February 22, 2019
Saddle Fit and Getting Ready for Spring!
By Jochen Schleese, CMS, CSFT, CSE
©2018 Saddlefit 4 Life. All Rights Reserved
With spring coming, we need to ensure that our tack and equipment will work for the upcoming training and for the shows we intend to compete in. If your horse has been ‘off’ for the winter you will need to ensure that the saddle is fitted properly to allow him comfort and freedom to muscle up when you begin training.
A quick diagnostic can be done using our 9 points of saddle fit below (with videos available through YouTube at www.youtube.com/c/schleesesaddlery.
Too high in the pommel and too low in the cantle causes pressure on the horse’s back. The horse cannot engage his back because too much of your weight is on his last 2 floating ribs.
Too low in the front will pinch into the horse’s shoulder – very restrictive for your horse! Too high in the back and your leg goes forward - you fall into a chair seat to balance. This can strain the discs in your lower back. The pommel and cantle should be even. Watch Video
2. Wither Clearance
You need 2-3 fingers clearance on the top and around the side of the withers. Clearance on the sides of his withers will accommodate the shoulder rotation upwards and backwards during movement. Pinched withers = reluctance to move forward. Other signs are patches of white hairs or sores on the top or side(s) of the withers. Watch Video
3. Channel/Gullet Width
A too narrow or too wide gullet can cause permanent damage to the back. The width of each horse’s spine determines the gullet width, which must be the same from pommel to cantle. Watch Video
4. Full Panel Contact
Panels must make even contact with the back all the way to distribute the rider’s weight over the approximately 220 square inches ending at the last rib. Ensure no bridging or rocking. Watch Video
5. Billet Alignment
Billets should hang perpendicular to the ground in the girth area. Too far back and gravity will pull the billets (and the saddle) forward. The girth always finds its position at the narrowest point of the rib cage, driving the saddle onto the shoulders.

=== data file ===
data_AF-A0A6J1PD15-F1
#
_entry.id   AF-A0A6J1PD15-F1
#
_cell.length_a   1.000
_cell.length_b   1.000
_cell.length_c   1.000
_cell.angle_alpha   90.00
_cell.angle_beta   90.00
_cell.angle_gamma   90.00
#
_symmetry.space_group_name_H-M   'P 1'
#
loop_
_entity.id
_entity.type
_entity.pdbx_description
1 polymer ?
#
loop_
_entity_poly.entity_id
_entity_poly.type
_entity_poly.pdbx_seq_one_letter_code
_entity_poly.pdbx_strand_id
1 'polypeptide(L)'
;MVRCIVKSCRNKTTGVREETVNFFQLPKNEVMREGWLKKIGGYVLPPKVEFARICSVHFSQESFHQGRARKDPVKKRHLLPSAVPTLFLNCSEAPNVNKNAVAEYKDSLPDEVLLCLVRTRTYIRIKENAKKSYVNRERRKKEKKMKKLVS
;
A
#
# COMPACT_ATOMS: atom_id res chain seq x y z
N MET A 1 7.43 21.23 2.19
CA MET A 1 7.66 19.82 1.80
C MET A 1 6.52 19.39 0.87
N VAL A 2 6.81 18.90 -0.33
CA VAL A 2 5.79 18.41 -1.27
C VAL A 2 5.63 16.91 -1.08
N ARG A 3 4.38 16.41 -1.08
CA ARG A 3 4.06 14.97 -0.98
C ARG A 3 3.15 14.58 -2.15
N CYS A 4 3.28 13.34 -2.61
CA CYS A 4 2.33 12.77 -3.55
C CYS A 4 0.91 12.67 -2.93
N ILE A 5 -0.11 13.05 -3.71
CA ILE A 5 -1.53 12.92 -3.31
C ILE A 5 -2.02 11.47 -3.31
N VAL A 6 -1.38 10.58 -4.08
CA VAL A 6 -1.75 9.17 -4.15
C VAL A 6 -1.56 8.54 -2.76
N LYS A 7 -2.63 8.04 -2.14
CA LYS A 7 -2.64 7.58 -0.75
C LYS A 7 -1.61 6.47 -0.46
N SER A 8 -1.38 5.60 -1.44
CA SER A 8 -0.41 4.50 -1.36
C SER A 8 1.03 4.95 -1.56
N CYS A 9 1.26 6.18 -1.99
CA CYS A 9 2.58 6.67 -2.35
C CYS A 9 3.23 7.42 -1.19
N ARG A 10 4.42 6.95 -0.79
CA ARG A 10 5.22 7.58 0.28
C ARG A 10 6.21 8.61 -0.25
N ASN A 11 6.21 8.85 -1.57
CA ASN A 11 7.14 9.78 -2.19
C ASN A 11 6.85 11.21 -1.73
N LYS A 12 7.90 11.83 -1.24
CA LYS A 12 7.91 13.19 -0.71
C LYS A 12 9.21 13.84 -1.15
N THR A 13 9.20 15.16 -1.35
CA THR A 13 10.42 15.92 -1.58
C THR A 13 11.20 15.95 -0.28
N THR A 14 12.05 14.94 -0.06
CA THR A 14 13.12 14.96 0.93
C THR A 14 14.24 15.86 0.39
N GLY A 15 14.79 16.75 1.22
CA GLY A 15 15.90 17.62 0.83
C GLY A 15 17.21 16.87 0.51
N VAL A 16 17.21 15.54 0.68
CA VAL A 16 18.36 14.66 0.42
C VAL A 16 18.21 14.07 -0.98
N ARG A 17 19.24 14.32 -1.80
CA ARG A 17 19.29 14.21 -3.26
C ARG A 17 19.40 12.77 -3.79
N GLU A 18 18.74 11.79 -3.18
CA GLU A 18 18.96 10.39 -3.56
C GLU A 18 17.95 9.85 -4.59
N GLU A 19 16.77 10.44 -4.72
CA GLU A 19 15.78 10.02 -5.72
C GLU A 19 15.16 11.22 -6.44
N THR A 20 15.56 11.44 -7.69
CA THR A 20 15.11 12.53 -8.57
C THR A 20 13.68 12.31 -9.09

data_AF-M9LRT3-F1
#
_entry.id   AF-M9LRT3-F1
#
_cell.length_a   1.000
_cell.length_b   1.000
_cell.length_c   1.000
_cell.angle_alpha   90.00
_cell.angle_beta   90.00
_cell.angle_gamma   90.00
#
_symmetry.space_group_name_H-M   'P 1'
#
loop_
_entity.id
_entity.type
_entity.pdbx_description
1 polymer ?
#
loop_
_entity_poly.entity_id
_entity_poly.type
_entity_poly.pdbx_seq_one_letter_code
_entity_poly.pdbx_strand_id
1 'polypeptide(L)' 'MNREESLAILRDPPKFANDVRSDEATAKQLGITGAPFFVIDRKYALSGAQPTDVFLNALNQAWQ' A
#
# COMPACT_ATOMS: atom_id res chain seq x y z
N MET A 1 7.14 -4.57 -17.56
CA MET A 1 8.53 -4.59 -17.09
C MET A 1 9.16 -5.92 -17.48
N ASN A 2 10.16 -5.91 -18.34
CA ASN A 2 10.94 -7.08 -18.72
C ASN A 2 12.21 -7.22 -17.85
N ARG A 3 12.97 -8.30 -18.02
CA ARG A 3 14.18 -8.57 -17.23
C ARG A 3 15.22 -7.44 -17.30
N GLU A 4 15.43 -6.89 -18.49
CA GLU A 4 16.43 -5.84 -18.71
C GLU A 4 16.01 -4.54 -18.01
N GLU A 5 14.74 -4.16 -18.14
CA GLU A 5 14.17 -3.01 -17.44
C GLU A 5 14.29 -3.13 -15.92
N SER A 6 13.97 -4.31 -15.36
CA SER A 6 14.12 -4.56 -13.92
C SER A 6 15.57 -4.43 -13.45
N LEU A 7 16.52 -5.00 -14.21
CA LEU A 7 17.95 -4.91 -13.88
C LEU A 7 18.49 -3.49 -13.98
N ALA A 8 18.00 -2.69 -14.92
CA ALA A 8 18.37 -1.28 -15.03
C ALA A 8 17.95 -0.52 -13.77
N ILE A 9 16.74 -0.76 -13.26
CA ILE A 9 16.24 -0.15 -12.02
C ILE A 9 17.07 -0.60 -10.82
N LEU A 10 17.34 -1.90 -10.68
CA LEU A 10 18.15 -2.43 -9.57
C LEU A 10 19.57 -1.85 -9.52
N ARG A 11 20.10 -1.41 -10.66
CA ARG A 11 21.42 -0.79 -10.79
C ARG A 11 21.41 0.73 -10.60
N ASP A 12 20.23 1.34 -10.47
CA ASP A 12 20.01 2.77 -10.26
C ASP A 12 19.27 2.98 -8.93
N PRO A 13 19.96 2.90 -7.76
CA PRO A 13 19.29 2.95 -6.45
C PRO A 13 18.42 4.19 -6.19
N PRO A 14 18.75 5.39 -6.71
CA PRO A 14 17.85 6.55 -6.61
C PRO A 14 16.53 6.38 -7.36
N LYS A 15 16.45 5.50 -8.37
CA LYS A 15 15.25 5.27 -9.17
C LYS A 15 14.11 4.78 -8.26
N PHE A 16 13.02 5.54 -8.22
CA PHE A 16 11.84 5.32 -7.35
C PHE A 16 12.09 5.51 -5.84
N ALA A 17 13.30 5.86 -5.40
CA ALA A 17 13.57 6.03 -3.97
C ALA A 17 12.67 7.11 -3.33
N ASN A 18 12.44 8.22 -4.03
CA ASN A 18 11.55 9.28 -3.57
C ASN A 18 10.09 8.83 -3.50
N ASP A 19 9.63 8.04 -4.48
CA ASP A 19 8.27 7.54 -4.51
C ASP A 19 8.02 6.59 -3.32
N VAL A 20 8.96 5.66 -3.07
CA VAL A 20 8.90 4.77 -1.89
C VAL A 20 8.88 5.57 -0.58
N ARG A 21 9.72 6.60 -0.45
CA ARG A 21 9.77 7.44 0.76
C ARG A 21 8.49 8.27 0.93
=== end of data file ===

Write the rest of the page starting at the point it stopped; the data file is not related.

Billets too far forward into your horse’s elbow area may make him sore in the elbows. Gravity will drag them (and the girth and saddle along with them) back into the girth area, resulting in extra pressure on the panels at the rear. Watch Video
The saddle support area (SSA) determines panel length. The saddle must sit behind the shoulder. If too long, it will get driven forward into the shoulder. The 18th thoracic vertebra is the SSA boundary. Watch Video
The center of the saddle should be in alignment with your horse’s spine. Horses are by nature uneven, with mostly a larger and more developed left shoulder. The larger shoulder kicks the saddle over to the other side during motion.
An uneven rider can compress the stuffing more on one side of the saddle, pulling it over to that side. Watch Video
8. Tree Angle
The angle of the tree (at the tree points for the gullet plate) should match the angle of the horse’s shoulder. In motion, the shoulder rotates upward and backwards. The piping angle should match the shoulder angle, which means it’s correct. Watch Video
9. Tree Width
The tree width must allow horse’s shoulders to rotate freely under the tree.
If too wide, the entire saddle may rock or slip from side to side during riding, or twist to one side.
Tree width and tree angle need to be adjusted together. Adding or removing flocking from the vertical panels is not enough – the gullet plate needs adjustment. The self-adjustable gullet plates accommodate angle adjustment, but not width. Watch Video
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